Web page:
I respect worms and their role in life. It's a distant respect though. I like them in the ground, where they belong. Occasionally I am resigned to touch one if necessary to lour a fish. I do not, however, wish to navigate vast seas of them retreating slimily into the ground while I walk across my back yard.
My small town is not known for it's plethora of annual rainfall. Nonetheless there is an occasional bout of precipitation. I think this sends my dry-side minded worms into a state of delirium as they struggle topside in an effort to . . . breathe? Or what is it worms do above ground? Do they have lungs? Do they need to be in the air to absorb oxygen through their skin? And if this is in fact necessary, how do they survive underground, surrounded by close packed dirt? They are indeed a conundrum to me.
Despite my mild curiosity, I still almost gag at the sheer volume of the tubular intruders basking in my backyard during a good rainfall. Just tonight I went out to walk Lewis, and my stroll across the yard felt more like a tiptoe across a minefield as dozens of waterlogged worms retreated sub-level beneath my tread.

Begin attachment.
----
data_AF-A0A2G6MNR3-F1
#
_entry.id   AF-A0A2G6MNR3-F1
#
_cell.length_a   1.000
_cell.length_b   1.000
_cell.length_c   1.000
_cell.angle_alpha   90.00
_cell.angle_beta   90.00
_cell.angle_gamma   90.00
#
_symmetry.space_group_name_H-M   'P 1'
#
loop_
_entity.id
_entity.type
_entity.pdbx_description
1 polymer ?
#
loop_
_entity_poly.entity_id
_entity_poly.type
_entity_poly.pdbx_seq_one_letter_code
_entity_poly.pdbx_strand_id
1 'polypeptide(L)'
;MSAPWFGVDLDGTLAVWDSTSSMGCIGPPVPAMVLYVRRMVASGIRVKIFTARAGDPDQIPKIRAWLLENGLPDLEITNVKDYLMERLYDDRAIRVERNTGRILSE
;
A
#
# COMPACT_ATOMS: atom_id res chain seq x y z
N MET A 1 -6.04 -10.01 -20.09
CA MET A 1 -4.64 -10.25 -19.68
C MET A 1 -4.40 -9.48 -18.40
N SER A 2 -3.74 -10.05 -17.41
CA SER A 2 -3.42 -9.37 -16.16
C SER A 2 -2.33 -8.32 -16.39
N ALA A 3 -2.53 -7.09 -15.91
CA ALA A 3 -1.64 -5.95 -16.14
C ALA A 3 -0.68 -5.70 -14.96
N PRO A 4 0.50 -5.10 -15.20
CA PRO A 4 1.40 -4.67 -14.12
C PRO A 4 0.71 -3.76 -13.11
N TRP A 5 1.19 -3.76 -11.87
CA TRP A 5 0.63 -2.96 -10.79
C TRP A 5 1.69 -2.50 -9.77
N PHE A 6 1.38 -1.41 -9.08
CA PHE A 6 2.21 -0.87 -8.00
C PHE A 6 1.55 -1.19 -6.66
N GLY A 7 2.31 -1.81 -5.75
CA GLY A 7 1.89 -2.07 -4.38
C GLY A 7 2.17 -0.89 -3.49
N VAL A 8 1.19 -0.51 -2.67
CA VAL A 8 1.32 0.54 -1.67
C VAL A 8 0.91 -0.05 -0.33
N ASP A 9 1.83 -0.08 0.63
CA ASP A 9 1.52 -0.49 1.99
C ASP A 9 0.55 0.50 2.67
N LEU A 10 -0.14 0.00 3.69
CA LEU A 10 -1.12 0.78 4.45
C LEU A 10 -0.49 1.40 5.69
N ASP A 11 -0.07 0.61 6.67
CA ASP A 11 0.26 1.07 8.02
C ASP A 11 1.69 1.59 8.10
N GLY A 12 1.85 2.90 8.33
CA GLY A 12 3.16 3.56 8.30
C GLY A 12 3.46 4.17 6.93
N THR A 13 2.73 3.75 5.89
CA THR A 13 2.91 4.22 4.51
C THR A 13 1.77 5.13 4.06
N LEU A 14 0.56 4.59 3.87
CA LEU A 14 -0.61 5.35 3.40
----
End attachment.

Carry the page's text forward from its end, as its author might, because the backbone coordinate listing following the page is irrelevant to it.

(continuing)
Not only this, but they climb my porch steps. How does a worm climb?! I have no idea. But in the morning, there they are, dry and abandoned on the concrete, a good three feet above the moistened soil they were trying to avoid.
So the bottom line is, I don't enjoy interacting with worms. Not grubs. Not nightcrawlers. Not maggoty things. No worms. Period. Fisherman of the world, please do visit my backyard and thin my wormy population. For this, I would be eternally grateful.